Yet Tehran was not fully confident that these diplomatic efforts would succeed. The Foreign Ministry announced on March 19 that it had recalled its personnel from Baghdad.[66]


Military operations against Iraq began on the night of March 20-21, 2003. The first official Iran reaction was a statement from Kharrazi: "American military operations on Iraq are unjustifiable and illegitimate."[67] Supreme Leader Khamene'i sounded his usual theme when he described the allied attack on Iraq as an "unjust war...that is based on high-handedness and bullying."[68] Khamene'i dismissed stated American and British goals, saying, "Their aim is to occupy Iraq, dominate the Middle East region, and gain total control of this precious treasure, namely oil.... They want to protect and safeguard the existence of the illegitimate Zionist government."

Allegations of Iranian Interference

Less than a week after the war started, U.S. Defense Secretary Donald Rumsfeld referred to the "unhelpful" presence of small numbers of Iranian-backed Iraqi forces, and a few days later he said hundreds of combatants from the Badr Corps were operating in Iraq and that more were waiting in Iran.[69] Rumsfeld added, "The Badr Corps is trained, equipped, and directed by Iran's Islamic Revolutionary Guard, and we will hold the Iranian government responsible for their actions and will view Badr Corps activity inside Iraq as unhelpful. Armed Badr Corps members found in Iraq will have to be treated as combatants."

Rumsfeld put this in stronger terms a month later, saying, "There is no question but that the government of Iran has encouraged people to go into the country [Iraq] and that they have people in the country attempting to influence the country."[70] Rumsfeld added, "If you're suggesting, how we would feel about an Iranian-type government with a few clerics running everything in the country, the answer is: That isn't going to happen."[71] Anonymous U.S. government officials said Iranian-trained operatives-- from the Badr Corps and the IRGC-- were promoting friendly Shi'a clerics and advancing Tehran's interests in Najaf, Karbala, and Basra.[72]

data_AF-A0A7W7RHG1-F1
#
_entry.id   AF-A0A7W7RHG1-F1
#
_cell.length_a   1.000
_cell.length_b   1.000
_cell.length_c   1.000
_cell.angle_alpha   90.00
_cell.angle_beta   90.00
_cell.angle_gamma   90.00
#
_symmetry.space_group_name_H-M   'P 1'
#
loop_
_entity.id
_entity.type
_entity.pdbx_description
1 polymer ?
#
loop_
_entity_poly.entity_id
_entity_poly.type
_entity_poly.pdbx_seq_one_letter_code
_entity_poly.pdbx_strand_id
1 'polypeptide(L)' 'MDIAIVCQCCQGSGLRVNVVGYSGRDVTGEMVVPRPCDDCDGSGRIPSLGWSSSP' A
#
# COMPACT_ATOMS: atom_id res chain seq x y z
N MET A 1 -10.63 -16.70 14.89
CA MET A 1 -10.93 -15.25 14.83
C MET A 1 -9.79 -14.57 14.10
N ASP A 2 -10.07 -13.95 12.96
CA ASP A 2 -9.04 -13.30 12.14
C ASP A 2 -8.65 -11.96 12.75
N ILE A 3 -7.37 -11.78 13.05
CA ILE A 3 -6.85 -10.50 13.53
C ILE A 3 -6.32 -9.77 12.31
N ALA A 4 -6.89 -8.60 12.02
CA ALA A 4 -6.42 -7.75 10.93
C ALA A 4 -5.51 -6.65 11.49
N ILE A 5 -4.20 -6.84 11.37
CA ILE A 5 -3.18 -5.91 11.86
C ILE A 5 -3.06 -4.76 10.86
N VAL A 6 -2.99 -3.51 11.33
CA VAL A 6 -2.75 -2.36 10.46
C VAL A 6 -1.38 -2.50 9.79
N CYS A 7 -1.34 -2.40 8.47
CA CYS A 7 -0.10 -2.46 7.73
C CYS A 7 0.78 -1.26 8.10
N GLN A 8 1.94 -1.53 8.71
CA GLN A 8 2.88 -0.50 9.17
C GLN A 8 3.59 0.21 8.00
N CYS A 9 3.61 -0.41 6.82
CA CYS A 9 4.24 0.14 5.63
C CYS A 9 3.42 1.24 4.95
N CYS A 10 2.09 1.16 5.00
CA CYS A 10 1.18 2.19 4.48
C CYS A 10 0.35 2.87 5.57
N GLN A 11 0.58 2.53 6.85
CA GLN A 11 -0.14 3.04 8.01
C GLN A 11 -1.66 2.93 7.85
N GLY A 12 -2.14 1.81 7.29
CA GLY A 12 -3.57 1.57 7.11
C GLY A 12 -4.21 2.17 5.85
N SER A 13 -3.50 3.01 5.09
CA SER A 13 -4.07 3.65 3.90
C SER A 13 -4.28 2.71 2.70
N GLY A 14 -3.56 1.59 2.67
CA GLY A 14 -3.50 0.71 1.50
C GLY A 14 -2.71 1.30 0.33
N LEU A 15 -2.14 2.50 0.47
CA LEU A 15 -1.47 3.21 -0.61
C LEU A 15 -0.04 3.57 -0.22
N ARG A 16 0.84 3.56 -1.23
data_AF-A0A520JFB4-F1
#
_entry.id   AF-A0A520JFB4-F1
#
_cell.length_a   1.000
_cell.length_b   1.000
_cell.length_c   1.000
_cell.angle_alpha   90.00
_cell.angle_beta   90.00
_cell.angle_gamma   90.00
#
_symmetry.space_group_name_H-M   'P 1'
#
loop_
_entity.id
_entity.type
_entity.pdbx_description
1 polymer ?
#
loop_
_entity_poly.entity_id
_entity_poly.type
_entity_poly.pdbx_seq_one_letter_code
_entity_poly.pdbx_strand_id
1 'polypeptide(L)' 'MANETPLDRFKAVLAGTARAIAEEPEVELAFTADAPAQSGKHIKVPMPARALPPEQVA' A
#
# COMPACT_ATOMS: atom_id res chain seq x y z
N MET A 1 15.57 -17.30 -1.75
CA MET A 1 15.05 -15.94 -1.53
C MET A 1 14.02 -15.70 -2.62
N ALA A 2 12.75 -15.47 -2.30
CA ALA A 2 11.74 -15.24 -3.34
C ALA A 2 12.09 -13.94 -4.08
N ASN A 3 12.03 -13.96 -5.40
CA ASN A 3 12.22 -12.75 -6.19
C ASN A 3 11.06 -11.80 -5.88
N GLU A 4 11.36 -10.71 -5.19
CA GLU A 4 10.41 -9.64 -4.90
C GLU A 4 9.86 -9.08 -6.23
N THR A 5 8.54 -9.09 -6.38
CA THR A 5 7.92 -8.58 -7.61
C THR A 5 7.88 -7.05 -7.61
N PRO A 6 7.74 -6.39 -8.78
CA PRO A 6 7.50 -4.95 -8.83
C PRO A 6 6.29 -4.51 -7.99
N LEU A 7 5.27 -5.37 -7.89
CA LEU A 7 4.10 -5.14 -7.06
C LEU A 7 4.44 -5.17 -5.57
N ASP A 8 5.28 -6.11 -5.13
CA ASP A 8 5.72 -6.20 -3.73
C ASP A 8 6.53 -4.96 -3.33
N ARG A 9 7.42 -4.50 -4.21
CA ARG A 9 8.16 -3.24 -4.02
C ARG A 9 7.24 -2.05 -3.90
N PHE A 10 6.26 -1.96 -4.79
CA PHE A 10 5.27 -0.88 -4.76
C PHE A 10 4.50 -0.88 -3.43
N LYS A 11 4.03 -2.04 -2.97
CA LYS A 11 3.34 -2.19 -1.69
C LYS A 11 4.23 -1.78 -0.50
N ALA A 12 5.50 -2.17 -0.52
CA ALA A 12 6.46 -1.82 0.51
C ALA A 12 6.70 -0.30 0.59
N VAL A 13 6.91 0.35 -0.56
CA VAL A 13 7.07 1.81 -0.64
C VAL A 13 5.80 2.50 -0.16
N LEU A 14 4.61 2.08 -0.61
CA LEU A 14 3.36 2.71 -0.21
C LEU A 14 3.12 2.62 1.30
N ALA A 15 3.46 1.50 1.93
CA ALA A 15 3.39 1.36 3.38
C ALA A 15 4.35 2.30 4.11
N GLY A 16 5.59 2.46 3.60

U.S. military personnel briefly detained Islamic Action Organization spiritual leader Ayatollah Muhammad Taqi al-Mudarissi, Secretary-General Ibrahim al-Mutairi, and others in April.[73] Al-Mudarissi, who has lived in Iran for 32 years, and his companions were in a four-vehicle convoy that was heading for Karbala.

In May, American forces detained and disarmed Badr Corps personnel and accused them of firing on U.S. troops.[74] In July, Rumsfeld described "recent reports of Iranians moving some of their border posts along about a 25-kilometer stretch several kilometers inside of Iraq," and the American administrator in Iraq said Iran moved seven border posts 1.5-3 kilometers inside southern Iraq [75]

U.S. officials reiterated their concerns about infiltrations from Iran in September. Rumsfeld, for example, said, "We are unhappy about the fact that people come across the Syrian and Iranian border."[76] At the same time, American, Arab, and European intelligence sources described a February 2002 meeting at a safe house in eastern Iran between Abu Musab al-Zarqawi and al-Qa'ida military leader Saif al-Adel in which they planned their future activities in Iraq.[77] The Iranian authorities reportedly placed Zarqawi under house arrest after the meeting, but Tehran rebuffed repeated Jordanian requests for his extradition. Tehran eventually released him and he made his way to Iraq.

It was not just the United States that was concerned about Iranian interference. In early June, the British envoy to Baghdad said Iran was supporting the Badr Corps and was trying to exercise "undue and unwelcome influence in support of fundamentalist groupings."[78] The U.K. special representative to Iraq struck a stronger note in the autumn, saying, "There are elements in the Badr Corps who are malign and interested in using violence against the coalition."[79] He added, "We are making it very clear to Iran that that is unacceptable, that [there] will be further marks against them [for] stirring it up in Iraq and we will deal with the violence on the ground accordingly."

Iraqi officials had similar complaints. A security official in Al-Salihiyah described the arrest of 12 Iranian intelligence agents who intended to conduct bombings in Baghdad in August 2003, and a border police commander claimed that Iranians pretending to be pilgrims were entering the country.[80]